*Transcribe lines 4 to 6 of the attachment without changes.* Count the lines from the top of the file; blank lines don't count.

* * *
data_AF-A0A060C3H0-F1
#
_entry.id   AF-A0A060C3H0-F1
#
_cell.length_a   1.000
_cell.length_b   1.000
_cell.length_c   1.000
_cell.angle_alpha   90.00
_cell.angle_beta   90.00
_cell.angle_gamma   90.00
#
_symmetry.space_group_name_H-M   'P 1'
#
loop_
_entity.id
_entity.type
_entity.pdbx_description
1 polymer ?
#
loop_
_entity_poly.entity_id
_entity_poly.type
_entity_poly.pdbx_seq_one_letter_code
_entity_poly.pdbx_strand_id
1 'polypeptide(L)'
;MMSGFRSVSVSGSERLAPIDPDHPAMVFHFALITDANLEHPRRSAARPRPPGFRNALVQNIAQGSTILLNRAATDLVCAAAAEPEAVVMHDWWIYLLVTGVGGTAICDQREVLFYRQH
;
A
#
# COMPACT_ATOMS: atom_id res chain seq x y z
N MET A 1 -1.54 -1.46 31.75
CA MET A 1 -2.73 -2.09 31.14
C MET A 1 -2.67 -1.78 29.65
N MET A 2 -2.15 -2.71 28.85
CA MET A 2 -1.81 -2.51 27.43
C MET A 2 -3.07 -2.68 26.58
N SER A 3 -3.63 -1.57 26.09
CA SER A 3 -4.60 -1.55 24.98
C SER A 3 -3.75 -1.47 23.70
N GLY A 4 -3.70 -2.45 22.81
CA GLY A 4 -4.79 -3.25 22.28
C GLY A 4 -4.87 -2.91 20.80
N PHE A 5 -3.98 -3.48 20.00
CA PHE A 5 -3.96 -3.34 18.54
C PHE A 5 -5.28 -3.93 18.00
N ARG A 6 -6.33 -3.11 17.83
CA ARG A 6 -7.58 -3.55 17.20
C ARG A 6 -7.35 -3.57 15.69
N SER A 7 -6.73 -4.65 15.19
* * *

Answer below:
#
_cell.length_a   1.000
_cell.length_b   1.000